Guest commentary

Some inspiring words from Mark Marcoplos, one of the 151 people arrested on June 3.

I got arrested at a recent Moral Monday protest with 151 others. The total number is now close to 400.

With the collusion of both parties, diseased politics and corporate corruption have been eating away at our society for a long time. Suddenly, the pace has quickened in North Carolina and voices of moderation are being willfully steam-rolled by a radical agenda that is right out of the playbook of out-of-state heavy-hitters like the Koch brothers’- funded Americans for Prosperity and the American Legislative Exchange Council known as ALEC. These efforts are amplified by the Koch brothers’ North Carolina ally, the mega-wealthy free-spender for ultra-conservative causes Art Pope – now ensconced as the state’s Budget Director. In the last election, Pope spent $2.2 million dollars on 22 state legislative candidates, winning 18 of them.

This current crop of self-serving representatives has unleashed an avalanche of bills that will result in the least among us being denied the basic necessities that good neighbors and strong communities have always provided for one another – food when they are hungry, care when they are sick, a quality education for our kids, and a little money to tide them over a tough time. All while screwing around with voting laws to make it more difficult for us to unseat them. Add to that cuts in mental health care that will cost more in social services, police protection, and prisons. They are fast-tracking fracking and off-shore drilling while spitefully attacking the healthy growth of renewables and energy-efficiency. It’s hard to imagine the nightmarish yet realistic possibility of losing the Outer Banks to an oil spill, especially when we don’t really need that oil.

What we are witnessing is the behavior of mentally ill people. By that I mean, if all of us were to follow the same philosophy in our daily life, society would disintegrate.

To borrow a mannerly, self-editing form of expression from Roy Williams, it’s freaking crazy.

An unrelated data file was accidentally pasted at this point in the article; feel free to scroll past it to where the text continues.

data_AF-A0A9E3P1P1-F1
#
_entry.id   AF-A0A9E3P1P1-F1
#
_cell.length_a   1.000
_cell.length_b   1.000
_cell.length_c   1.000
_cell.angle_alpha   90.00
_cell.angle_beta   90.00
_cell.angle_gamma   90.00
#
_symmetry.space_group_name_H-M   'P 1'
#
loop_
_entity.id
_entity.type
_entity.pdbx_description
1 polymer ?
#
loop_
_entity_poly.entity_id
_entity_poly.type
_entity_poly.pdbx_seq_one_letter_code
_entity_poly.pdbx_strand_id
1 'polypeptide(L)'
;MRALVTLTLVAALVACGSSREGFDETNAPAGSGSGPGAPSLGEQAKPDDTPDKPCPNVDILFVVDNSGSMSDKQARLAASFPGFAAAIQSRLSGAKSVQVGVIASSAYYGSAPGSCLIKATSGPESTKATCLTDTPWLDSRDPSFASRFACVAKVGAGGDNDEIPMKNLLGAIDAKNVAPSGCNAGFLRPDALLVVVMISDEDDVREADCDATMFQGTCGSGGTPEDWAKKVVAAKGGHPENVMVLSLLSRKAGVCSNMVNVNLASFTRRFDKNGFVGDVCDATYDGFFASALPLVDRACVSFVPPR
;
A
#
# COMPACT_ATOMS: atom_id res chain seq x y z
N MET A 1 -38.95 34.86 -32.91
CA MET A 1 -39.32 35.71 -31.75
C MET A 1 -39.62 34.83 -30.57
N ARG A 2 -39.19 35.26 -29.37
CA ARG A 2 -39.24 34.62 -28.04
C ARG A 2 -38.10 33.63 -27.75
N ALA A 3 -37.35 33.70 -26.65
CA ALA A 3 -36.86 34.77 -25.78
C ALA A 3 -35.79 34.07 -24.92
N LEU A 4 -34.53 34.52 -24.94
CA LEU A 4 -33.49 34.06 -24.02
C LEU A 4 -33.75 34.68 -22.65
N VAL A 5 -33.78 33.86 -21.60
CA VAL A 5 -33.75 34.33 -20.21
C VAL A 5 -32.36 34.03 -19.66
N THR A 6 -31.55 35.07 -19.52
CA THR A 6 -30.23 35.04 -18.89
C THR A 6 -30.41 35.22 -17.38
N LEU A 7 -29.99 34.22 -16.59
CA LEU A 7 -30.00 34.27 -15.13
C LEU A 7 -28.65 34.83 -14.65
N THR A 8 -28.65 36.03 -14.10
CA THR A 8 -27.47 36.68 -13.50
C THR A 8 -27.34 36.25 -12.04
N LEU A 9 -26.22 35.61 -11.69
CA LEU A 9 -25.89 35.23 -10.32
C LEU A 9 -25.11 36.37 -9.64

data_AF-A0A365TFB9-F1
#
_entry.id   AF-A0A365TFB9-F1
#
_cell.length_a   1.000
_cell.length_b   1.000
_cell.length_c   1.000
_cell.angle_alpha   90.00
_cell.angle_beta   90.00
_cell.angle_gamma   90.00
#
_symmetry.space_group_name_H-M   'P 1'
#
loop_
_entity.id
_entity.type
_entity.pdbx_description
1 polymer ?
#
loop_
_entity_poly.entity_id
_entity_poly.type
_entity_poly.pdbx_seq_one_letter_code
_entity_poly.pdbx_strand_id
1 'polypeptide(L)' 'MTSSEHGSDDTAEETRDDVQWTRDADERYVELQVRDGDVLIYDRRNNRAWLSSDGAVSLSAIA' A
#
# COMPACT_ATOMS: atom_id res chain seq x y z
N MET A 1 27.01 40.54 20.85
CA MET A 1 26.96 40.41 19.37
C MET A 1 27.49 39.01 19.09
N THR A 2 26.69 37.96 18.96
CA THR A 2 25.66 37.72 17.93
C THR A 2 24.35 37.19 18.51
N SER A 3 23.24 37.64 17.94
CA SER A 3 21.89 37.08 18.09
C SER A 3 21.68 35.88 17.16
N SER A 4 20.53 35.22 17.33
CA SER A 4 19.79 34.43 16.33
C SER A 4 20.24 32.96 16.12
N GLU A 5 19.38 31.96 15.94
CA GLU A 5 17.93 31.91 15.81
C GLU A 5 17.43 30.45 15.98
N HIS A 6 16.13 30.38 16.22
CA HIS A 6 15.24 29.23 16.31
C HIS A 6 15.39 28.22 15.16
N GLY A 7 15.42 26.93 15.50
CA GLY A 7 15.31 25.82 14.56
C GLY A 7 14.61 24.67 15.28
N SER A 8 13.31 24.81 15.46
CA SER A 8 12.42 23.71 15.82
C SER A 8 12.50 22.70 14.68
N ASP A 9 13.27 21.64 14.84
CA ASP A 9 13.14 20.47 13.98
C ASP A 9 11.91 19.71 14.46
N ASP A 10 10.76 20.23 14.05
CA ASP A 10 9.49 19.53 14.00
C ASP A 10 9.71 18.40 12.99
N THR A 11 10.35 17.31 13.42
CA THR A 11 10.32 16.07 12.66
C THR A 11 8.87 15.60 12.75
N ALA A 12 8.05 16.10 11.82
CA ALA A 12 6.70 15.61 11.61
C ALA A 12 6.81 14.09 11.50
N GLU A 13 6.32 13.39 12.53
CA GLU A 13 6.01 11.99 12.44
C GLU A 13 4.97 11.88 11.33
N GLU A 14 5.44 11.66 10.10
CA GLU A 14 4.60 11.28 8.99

All the folks that got arrested at the first three Moral Mondays, many of them friends, were inspiring. I realized that my arrest would serve to lessen the possibilities that they would receive strong penalties. So in addition to the pulling of my conscience, I also got arrested out of respect for them.

For those of you considering attending a Moral Monday, I want you to know that it is a uniquely fulfilling and emotional experience. To be in a crowd of people expressing our higher nature to care about all people and the natural world awakens a part of us that it is dormant too often, a part of us that the mercenaries in the Legislature and their puppet masters fear because they have so little understanding of that suppressed part of themselves.


Not unlike a mental illness

When you believe in an economic theory that has yet to be proven, and you believe in it so deeply that you're willing to tear down established structures to give your theory a "pure" environment in which to develop, you're not what I would describe as "mentally healthy". While many would (accurately) describe this as a form of religious zealotry, it's very possibly a mild delusional disorder creating/feeding on "non-bizarre" delusions.

While it might not be a recipe for an extended stay in a padded room, it's also not a recipe for a responsible elected official.


This is one of the finest things I have read in awhile. Thank you, Mark, for a concise, spot-on description of the problem and why we will continue to have Moral Mondays.

"I will have a priority on building relationships with the minority caucus. I want to put substance behind those campaign speeches." -- Thom Tillis, Nov. 5, 2014